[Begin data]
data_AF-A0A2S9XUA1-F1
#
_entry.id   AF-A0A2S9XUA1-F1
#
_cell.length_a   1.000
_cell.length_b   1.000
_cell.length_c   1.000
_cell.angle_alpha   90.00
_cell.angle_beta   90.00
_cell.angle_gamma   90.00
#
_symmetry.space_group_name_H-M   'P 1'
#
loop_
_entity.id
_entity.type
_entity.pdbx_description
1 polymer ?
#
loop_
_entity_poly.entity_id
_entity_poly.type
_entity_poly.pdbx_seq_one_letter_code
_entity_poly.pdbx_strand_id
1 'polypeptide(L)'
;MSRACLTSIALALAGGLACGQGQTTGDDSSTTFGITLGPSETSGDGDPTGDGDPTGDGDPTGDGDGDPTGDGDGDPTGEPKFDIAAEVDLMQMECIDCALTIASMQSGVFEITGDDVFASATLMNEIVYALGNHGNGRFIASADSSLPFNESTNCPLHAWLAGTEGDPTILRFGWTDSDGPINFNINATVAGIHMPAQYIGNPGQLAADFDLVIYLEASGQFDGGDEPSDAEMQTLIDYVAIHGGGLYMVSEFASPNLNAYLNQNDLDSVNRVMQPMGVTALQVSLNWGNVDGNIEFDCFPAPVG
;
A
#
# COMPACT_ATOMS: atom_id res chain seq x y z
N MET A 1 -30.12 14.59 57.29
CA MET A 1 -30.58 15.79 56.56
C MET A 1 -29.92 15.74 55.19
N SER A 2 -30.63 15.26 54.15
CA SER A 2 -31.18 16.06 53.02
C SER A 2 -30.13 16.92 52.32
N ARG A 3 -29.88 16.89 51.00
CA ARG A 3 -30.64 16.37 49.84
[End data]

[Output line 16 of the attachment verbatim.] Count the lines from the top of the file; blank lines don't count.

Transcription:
_entity.type